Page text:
F Cody Fowlie (Everett, Kelowna, 2010-13) has signed a one-year contract with Corona Brașov (Romania, Erste Liga). This season, with the Jacksonville IceMen (ECHL), he had 20 goals and 22 assists in 71 games. . . .
F Vladislav Mikhalchuk (Prince George, 2017-19) has signed a one-year, two-way contract with Torpedo Nizhny Novgorod (Russia, KHL). This season, with the Prince George Cougars (WHL), he had 25 goals and 25 assists in 68 games. He led the team in points.
If you are a follower of the Kamloops Blazers and you are wondering who will be their next head coach . . . well . . . you can move Shaun Clouston up near the top of the list, maybe even into the top slot.
Clouston, 51, was dumped by the Medicine Hat Tigers on May 30 after spending 16 years in the organization, the last seven as general manager and head coach. He was the head coach for two seasons before that, and also worked as associate coach and assistant coach.
One day after Clouston was moved out, the Tigers announced the hiring of Willie Desjardins as GM/head coach. Clouston actually worked under Desjardins before succeeding him as the Tigers’ head coach.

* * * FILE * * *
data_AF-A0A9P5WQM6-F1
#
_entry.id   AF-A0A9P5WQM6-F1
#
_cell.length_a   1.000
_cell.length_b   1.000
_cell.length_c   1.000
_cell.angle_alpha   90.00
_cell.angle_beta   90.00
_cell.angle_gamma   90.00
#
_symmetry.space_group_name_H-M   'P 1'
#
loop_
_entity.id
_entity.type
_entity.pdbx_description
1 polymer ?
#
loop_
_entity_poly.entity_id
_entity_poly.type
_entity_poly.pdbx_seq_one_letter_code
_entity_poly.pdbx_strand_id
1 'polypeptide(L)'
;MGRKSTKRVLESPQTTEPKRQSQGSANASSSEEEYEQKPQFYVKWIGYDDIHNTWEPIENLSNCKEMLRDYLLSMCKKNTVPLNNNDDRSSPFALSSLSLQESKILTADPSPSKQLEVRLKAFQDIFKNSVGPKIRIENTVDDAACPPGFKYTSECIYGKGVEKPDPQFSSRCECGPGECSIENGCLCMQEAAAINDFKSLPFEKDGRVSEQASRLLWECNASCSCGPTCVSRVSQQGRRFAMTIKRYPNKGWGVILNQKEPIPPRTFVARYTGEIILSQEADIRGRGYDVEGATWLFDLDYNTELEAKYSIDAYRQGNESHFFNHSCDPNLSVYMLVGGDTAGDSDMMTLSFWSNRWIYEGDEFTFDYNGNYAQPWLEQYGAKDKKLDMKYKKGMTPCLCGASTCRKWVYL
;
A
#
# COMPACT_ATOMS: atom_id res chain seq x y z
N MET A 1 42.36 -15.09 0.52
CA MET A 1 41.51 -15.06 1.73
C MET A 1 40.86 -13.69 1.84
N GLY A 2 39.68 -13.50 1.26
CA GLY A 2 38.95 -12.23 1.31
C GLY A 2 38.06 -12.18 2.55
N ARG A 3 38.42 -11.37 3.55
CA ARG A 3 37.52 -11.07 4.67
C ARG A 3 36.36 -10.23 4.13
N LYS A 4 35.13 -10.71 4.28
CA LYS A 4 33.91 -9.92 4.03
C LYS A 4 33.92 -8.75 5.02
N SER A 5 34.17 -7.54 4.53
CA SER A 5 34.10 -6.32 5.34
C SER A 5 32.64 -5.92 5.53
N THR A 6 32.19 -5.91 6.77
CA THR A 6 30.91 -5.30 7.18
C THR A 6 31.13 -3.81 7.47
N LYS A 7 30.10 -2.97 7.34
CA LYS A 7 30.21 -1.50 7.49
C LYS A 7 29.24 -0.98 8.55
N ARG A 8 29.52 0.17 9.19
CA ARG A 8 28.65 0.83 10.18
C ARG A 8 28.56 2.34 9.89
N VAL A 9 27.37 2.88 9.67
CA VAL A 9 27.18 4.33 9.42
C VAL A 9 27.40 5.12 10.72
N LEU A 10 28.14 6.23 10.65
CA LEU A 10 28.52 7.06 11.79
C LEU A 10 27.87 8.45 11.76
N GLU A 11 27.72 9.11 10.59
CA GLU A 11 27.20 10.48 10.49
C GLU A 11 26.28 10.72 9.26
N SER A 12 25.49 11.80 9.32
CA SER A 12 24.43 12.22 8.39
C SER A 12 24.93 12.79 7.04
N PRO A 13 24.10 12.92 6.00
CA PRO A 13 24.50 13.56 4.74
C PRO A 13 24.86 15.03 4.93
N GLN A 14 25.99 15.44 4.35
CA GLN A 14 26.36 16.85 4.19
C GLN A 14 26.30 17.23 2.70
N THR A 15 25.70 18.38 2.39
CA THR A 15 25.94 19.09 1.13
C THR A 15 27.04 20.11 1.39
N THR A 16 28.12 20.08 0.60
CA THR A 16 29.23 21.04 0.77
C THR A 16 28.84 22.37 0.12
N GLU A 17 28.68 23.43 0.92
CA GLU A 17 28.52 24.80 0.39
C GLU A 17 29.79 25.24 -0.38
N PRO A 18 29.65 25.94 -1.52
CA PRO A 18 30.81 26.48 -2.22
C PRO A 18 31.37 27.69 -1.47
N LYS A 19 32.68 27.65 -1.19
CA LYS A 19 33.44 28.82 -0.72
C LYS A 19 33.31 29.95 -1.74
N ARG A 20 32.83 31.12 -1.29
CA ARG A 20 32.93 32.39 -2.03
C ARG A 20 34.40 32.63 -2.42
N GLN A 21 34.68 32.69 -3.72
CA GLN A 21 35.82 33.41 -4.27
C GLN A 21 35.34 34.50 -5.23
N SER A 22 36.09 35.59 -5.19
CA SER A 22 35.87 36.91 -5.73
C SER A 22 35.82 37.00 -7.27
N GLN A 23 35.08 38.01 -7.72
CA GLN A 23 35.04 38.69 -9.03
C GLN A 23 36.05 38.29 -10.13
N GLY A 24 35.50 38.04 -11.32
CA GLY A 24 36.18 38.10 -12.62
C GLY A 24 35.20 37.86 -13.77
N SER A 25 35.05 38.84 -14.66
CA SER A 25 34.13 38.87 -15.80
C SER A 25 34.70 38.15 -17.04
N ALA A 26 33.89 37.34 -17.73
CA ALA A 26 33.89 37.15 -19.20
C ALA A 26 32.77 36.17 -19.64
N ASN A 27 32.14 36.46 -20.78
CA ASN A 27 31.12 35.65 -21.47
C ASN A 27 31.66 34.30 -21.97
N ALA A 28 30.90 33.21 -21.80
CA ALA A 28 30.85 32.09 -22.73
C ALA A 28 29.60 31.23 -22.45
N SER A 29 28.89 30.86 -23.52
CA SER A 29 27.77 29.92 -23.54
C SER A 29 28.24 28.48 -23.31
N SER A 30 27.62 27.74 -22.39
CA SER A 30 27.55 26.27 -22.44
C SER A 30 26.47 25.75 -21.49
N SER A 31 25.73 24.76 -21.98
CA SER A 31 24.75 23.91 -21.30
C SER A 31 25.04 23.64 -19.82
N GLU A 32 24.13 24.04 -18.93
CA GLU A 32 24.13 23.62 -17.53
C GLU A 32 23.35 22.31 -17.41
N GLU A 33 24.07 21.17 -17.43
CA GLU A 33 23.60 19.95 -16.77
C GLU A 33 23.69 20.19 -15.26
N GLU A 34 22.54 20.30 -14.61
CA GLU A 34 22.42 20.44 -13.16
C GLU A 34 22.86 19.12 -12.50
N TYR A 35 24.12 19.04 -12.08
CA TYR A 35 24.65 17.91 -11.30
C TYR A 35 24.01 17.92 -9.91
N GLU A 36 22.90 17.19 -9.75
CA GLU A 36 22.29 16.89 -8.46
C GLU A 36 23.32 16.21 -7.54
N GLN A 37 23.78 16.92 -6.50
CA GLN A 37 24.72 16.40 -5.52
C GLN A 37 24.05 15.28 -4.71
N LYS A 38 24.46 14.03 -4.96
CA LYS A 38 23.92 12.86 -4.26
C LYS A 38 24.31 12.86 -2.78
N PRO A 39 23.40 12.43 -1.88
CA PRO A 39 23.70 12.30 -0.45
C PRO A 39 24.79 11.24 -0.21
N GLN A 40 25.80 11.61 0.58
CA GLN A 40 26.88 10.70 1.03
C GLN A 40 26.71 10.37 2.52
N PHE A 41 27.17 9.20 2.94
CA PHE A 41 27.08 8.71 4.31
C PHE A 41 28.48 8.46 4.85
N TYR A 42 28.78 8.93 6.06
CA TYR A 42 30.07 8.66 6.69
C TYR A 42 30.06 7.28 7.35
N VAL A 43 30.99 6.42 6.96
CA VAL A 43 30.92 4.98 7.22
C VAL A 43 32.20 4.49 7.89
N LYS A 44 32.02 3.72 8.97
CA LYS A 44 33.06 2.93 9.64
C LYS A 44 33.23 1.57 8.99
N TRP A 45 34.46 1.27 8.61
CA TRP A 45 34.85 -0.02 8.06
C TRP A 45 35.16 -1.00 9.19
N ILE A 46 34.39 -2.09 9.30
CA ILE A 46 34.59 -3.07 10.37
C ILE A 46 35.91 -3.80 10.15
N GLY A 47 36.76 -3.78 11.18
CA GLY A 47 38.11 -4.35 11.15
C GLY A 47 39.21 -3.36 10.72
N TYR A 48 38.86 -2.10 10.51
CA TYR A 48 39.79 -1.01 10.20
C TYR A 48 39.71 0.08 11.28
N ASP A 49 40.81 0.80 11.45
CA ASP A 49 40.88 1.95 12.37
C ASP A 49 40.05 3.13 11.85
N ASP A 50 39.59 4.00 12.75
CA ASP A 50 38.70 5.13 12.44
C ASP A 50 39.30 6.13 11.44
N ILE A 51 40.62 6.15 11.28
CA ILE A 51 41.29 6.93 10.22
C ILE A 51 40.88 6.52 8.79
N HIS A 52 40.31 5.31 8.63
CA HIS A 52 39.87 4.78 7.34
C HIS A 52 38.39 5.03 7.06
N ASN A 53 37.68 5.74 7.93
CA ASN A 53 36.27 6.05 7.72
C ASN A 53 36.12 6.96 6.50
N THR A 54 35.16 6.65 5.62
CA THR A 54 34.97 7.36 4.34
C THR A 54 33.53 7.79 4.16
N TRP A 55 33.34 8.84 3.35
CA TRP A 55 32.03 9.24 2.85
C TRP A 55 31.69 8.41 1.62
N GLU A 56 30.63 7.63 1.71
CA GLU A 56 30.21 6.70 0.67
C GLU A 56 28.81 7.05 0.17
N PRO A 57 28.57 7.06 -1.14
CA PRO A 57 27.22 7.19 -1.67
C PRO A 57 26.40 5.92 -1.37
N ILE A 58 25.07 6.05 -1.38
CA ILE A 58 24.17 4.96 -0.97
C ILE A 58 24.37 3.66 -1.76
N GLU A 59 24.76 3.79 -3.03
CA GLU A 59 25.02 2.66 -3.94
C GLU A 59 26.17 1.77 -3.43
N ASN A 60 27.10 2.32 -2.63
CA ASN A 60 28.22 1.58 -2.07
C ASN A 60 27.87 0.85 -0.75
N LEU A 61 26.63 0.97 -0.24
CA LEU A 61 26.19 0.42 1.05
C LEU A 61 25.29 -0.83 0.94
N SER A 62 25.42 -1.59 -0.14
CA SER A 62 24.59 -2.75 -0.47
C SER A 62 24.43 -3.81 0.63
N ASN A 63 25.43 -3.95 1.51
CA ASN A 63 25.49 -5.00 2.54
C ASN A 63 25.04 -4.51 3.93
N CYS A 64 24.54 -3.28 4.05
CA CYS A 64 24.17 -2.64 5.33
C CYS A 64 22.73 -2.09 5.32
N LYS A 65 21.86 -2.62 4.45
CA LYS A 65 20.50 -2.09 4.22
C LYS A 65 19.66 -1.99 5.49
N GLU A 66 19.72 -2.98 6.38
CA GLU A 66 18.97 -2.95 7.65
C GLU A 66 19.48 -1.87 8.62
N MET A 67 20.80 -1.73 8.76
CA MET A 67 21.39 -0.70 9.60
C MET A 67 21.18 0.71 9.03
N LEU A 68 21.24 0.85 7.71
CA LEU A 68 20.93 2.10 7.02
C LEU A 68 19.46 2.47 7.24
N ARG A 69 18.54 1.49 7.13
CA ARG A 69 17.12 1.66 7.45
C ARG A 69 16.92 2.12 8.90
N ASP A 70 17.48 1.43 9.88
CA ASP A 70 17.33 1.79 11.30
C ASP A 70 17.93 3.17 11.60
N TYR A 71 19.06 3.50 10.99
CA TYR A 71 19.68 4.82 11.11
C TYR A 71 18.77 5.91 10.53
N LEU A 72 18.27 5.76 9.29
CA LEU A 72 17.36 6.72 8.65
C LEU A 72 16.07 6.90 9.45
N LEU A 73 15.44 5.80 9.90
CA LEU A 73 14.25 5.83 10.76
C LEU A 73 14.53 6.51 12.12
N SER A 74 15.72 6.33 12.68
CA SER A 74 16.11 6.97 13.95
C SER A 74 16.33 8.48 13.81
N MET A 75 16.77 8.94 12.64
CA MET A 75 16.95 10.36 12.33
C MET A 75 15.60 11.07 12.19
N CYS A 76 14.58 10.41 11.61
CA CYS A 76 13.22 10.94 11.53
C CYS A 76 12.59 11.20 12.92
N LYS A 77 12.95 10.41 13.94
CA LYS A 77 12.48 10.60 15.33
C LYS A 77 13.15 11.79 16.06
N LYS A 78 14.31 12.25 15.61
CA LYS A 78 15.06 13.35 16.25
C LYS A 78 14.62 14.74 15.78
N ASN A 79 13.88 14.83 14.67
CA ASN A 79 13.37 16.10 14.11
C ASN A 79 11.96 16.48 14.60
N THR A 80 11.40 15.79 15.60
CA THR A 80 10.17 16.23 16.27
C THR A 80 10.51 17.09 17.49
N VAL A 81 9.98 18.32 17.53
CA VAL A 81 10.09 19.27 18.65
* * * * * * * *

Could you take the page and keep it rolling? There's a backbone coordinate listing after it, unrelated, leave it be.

Taking Note has been told that Clouston, who is from Viking, Alta., will be in Kamloops to meet with Blazers general manager Matt Bardsley at some point over the next day or two.
The Blazers have been without a head coach since parting company with Serge Lajoie on April 16 after just one season. He now is the head coach of the midget prep team at OHA Edmonton.
Clouston is the winningest head coach in Medicine Hat history, with 375 regular-season victories. He broke Desjardins’ record (323) on Dec. 30, 2017. Clouston also spent time as the head coach of the Tri-City Americans and finished this season with a total of 391 regular-season victories, leaving him 18th on the WHL’s all-time list.
With Clouston as the head coach, the Tigers made the playoffs in eight of nine seasons. They twice reached the Eastern Conference final (2011 and 2014). The only time Clouston missed the playoffs with the Tigers was in 2016 when they lost a tiebreaker game to the Edmonton Oil Kings.
When Clouston left the Tigers, he is believed to have had some time left on his contract — perhaps as much as two seasons.